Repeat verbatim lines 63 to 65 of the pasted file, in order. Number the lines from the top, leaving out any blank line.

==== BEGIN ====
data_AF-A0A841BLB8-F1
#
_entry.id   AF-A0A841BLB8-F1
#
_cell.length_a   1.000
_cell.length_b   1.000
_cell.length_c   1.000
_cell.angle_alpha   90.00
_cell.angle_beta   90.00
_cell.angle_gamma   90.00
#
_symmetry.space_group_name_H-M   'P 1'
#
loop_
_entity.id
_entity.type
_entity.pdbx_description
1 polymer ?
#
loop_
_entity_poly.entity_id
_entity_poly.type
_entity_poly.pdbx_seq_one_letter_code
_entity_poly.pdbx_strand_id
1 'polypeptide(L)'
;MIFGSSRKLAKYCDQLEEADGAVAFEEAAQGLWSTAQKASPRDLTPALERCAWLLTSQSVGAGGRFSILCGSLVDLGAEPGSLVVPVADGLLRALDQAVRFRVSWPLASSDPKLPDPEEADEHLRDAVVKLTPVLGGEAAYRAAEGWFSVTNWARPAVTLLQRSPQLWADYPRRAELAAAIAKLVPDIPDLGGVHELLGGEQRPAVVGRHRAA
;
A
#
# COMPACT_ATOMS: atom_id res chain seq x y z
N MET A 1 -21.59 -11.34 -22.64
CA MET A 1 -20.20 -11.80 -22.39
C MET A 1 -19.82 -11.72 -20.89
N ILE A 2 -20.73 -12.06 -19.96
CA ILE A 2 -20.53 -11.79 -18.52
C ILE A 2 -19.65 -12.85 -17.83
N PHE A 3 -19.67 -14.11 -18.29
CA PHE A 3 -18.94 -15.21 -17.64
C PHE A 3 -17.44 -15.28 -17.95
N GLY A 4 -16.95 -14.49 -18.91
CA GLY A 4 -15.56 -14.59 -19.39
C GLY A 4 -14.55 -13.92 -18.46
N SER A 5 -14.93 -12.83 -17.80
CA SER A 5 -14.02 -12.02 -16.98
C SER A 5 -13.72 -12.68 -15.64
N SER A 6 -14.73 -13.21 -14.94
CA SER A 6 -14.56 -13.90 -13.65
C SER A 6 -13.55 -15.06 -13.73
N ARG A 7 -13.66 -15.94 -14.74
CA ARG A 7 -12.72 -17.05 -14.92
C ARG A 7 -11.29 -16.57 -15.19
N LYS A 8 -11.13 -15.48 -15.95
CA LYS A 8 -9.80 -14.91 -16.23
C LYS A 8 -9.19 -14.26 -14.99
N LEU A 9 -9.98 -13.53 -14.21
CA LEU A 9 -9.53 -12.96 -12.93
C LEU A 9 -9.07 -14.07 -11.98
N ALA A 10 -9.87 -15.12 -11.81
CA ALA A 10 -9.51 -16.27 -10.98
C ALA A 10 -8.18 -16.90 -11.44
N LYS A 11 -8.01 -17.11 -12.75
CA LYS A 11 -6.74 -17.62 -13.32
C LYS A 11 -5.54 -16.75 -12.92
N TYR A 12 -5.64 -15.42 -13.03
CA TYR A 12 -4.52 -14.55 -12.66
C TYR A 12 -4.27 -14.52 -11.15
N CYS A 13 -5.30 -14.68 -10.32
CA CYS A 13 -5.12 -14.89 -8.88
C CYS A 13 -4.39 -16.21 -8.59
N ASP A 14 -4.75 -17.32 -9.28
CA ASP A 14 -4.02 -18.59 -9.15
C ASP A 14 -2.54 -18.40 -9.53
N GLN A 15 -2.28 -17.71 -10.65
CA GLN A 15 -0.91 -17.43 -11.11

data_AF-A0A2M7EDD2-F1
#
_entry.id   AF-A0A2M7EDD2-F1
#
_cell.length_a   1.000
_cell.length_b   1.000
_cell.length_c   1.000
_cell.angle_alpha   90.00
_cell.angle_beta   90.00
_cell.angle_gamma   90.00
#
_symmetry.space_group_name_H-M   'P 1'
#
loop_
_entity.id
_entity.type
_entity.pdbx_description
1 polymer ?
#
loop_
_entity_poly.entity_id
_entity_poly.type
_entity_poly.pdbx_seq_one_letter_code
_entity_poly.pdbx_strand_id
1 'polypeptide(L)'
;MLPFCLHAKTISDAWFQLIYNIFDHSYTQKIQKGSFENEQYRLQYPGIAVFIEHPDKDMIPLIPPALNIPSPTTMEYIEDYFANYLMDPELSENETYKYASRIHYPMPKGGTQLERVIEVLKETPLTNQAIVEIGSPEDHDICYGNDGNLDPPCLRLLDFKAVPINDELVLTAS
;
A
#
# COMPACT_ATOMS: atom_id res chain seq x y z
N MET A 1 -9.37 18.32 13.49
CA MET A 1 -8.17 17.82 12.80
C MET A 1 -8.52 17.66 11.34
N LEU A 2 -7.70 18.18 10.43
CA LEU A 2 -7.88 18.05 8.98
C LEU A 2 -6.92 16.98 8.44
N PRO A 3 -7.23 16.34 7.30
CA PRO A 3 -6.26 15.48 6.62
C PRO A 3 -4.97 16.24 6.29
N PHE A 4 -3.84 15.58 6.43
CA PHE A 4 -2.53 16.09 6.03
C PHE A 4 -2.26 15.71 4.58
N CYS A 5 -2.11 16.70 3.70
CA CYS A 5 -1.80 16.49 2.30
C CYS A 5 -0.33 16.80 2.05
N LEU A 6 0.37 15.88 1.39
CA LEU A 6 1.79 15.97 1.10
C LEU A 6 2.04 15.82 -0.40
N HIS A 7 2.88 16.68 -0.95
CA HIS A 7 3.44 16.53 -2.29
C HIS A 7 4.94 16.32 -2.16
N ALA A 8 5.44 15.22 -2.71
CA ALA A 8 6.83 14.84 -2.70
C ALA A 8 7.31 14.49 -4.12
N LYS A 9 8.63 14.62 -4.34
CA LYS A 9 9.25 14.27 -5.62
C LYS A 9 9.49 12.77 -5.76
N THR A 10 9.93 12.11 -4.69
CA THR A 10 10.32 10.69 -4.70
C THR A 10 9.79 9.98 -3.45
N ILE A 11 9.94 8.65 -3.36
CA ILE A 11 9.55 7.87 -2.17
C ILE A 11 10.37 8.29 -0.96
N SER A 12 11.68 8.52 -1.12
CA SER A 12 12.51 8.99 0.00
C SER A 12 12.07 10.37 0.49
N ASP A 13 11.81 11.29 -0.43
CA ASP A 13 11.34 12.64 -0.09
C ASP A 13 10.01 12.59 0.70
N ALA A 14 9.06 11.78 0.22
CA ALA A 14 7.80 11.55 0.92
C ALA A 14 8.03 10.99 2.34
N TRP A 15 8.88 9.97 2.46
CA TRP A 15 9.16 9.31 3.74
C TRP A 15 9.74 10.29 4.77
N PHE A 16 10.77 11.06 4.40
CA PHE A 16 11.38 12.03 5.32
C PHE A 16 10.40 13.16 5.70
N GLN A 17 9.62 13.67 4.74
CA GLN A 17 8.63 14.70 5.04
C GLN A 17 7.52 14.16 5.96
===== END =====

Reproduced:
C LYS A 11 -5.54 -16.75 -12.92
N TYR A 12 -5.64 -15.42 -13.03
CA TYR A 12 -4.52 -14.55 -12.66